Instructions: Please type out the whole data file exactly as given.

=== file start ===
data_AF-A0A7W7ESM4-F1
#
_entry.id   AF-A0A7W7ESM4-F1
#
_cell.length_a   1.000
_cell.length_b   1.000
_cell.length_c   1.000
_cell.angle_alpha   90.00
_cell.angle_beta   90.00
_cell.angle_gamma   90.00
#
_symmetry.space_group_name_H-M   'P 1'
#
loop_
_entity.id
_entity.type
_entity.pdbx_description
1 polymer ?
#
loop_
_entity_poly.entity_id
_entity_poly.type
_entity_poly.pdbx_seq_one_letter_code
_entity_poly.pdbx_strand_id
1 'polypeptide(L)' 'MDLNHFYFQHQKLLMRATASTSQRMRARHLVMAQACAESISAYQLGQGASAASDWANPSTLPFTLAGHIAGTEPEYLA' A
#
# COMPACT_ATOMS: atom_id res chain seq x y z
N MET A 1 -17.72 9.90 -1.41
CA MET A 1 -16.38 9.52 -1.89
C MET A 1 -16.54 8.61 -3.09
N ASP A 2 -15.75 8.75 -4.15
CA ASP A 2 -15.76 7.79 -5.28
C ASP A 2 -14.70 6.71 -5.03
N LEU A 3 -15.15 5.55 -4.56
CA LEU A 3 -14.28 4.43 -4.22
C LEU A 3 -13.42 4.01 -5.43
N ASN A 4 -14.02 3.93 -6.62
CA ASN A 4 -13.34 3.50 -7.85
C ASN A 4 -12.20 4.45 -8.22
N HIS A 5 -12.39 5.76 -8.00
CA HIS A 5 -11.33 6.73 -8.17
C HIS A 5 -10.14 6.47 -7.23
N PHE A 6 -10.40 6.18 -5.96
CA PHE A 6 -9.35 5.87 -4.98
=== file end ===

data_AF-A0A7W7ESM4-F1
#
_entry.id   AF-A0A7W7ESM4-F1
#
_cell.length_a   1.000
_cell.length_b   1.000
_cell.length_c   1.000
_cell.angle_alpha   90.00
_cell.angle_beta   90.00
_cell.angle_gamma   90.00
#
_symmetry.space_group_name_H-M   'P 1'
#
loop_
_entity.id
_entity.type
_entity.pdbx_description
1 polymer ?
#
loop_
_entity_poly.entity_id
_entity_poly.type
_entity_poly.pdbx_seq_one_letter_code
_entity_poly.pdbx_strand_id
1 'polypeptide(L)' 'MDLNHFYFQHQKLLMRATASTSQRMRARHLVMAQACAESISAYQLGQGASAASDWANPSTLPFTLAGHIAGTEPEYLA' A
#
# COMPACT_ATOMS: atom_id res chain seq x y z
N MET A 1 -17.72 9.90 -1.41
CA MET A 1 -16.38 9.52 -1.89
C MET A 1 -16.54 8.61 -3.09
N ASP A 2 -15.75 8.75 -4.15
CA ASP A 2 -15.76 7.79 -5.28
C ASP A 2 -14.70 6.71 -5.03
N LEU A 3 -15.15 5.55 -4.56
CA LEU A 3 -14.28 4.43 -4.22
C LEU A 3 -13.42 4.01 -5.43
N ASN A 4 -14.02 3.93 -6.62
CA ASN A 4 -13.34 3.50 -7.85
C ASN A 4 -12.20 4.45 -8.22
N HIS A 5 -12.39 5.76 -8.00
CA HIS A 5 -11.33 6.73 -8.17
C HIS A 5 -10.14 6.47 -7.23
N PHE A 6 -10.40 6.18 -5.96
CA PHE A 6 -9.35 5.87 -4.98